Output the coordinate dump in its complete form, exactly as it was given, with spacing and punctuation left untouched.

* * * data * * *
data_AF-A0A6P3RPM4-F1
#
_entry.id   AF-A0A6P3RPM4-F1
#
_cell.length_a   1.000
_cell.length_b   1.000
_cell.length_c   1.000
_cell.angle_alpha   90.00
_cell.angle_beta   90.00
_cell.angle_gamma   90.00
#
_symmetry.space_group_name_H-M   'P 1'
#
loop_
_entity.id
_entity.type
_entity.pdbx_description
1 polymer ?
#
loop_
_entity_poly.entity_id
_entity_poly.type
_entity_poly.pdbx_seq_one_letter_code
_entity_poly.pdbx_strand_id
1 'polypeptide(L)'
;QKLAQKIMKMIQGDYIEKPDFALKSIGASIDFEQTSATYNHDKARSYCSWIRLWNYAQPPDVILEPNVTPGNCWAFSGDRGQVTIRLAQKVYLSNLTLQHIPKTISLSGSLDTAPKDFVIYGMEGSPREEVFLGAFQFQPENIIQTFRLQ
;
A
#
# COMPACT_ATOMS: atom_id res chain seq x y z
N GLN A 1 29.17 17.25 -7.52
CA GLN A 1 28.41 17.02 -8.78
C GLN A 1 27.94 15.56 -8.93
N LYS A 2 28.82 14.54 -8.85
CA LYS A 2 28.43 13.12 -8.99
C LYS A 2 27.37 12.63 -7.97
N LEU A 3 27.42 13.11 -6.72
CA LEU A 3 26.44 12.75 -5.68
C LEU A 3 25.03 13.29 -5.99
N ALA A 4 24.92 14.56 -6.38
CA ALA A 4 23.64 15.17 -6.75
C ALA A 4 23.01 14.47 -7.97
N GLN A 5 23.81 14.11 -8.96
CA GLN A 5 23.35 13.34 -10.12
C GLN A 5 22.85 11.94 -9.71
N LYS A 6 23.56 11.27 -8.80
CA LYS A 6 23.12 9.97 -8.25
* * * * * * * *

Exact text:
data_AF-A0A6P3RPM4-F1
#
_entry.id   AF-A0A6P3RPM4-F1
#
_cell.length_a   1.000
_cell.length_b   1.000
_cell.length_c   1.000
_cell.angle_alpha   90.00
_cell.angle_beta   90.00
_cell.angle_gamma   90.00
#
_symmetry.space_group_name_H-M   'P 1'
#
loop_
_entity.id
_entity.type
_entity.pdbx_description
1 polymer ?
#
loop_
_entity_poly.entity_id
_entity_poly.type
_entity_poly.pdbx_seq_one_letter_code
_entity_poly.pdbx_strand_id
1 'polypeptide(L)'
;QKLAQKIMKMIQGDYIEKPDFALKSIGASIDFEQTSATYNHDKARSYCSWIRLWNYAQPPDVILEPNVTPGNCWAFSGDRGQVTIRLAQKVYLSNLTLQHIPKTISLSGSLDTAPKDFVIYGMEGSPREEVFLGAFQFQPENIIQTFRLQ
;
A
#
# COMPACT_ATOMS: atom_id res chain seq x y z
N GLN A 1 29.17 17.25 -7.52
CA GLN A 1 28.41 17.02 -8.78
C GLN A 1 27.94 15.56 -8.93
N LYS A 2 28.82 14.54 -8.85
CA LYS A 2 28.43 13.12 -8.99
C LYS A 2 27.37 12.63 -7.97
N LEU A 3 27.42 13.11 -6.72
CA LEU A 3 26.44 12.75 -5.68
C LEU A 3 25.03 13.29 -5.99
N ALA A 4 24.92 14.56 -6.38
CA ALA A 4 23.64 15.17 -6.75
C ALA A 4 23.01 14.47 -7.97
N GLN A 5 23.81 14.11 -8.96
CA GLN A 5 23.35 13.34 -10.12
C GLN A 5 22.85 11.94 -9.71
N LYS A 6 23.56 11.27 -8.80
CA LYS A 6 23.12 9.97 -8.25